In the long term, however, all forms of the performance feedback used in the study helped. The researchers found that both groups receiving feedback boosted their performance over the course of the month in comparison with the control group; the positive group’s productivity was up approximately 20 percent and the negative group’s about 30 percent. So although couching an employee’s performance review in positive terms may not make a difference the next day, it will over time. And whereas giving an employee indirect negative feedback can hurt performance in the short term, over the long term it’s still better than no criticism at all.
The researchers acknowledge that the study’s setting — a Japanese bank — may raise questions about whether the results are widely applicable. Because reputation and saving face are particularly important in Japan, employees there might react more strongly to criticism than workers in other societies. But the authors point out that the feedback was private and did not include specific rankings. In addition, because the company had no history of laying off employees for inadequate performance and offered no bonuses for working harder, the researchers could focus solely on the effects of the feedback itself. These two factors make the findings relevant beyond Japan, the researchers say. The researchers also believe the findings are applicable beyond job settings that are highly routine and quantifiable.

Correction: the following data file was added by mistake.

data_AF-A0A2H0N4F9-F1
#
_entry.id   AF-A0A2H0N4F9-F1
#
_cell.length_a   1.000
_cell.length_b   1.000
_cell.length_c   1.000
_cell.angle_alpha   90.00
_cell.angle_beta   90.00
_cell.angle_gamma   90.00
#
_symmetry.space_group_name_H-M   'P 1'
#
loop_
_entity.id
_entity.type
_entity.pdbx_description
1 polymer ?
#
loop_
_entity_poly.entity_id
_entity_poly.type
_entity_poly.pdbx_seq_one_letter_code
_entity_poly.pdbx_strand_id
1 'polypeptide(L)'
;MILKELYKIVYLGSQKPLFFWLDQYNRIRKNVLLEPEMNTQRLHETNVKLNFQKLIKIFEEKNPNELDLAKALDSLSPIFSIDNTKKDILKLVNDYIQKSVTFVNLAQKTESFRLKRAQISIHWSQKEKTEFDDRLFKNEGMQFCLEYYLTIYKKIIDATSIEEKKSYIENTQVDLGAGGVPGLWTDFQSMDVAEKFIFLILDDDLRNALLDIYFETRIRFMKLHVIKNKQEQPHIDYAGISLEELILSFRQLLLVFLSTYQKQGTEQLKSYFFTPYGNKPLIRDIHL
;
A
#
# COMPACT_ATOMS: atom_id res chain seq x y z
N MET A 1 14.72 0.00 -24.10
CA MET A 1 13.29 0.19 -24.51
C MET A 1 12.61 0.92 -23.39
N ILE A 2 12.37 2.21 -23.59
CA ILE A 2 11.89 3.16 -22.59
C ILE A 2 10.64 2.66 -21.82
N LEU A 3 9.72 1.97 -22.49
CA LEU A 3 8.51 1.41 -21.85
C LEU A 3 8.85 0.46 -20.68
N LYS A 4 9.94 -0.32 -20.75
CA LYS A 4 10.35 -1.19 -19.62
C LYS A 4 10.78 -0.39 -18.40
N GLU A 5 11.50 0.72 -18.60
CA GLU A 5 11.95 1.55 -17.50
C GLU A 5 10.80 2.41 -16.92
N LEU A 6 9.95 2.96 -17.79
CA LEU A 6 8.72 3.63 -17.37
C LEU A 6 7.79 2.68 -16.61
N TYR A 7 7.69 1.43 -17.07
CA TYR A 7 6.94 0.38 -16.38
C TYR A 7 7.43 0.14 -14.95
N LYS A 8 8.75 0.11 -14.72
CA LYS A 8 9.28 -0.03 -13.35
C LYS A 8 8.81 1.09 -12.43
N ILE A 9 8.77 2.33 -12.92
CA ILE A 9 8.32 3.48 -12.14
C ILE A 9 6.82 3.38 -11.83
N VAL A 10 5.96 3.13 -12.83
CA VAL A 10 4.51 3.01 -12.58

The results show that although regular feedback can improve worker performance over time, the pace of change can vary. Managers shouldn’t expect to see an immediate increase in productivity from their best workers. As for the rest, indirect praise isn’t likely to produce an immediate uptick, and indirect criticism may actually make things worse for a while. Telling underperforming employees that they are in the bottom segment — which, of course, could be defined more broadly than the “bottom 10” — offers the best chance of getting a quick and dramatic improvement.
Managers should consistently tell their employees where they stand: Whether presented in positive or negative terms, feedback tends to improve performance over time. In the short term, the biggest improvement may come from workers who are told they are in the bottom rankings.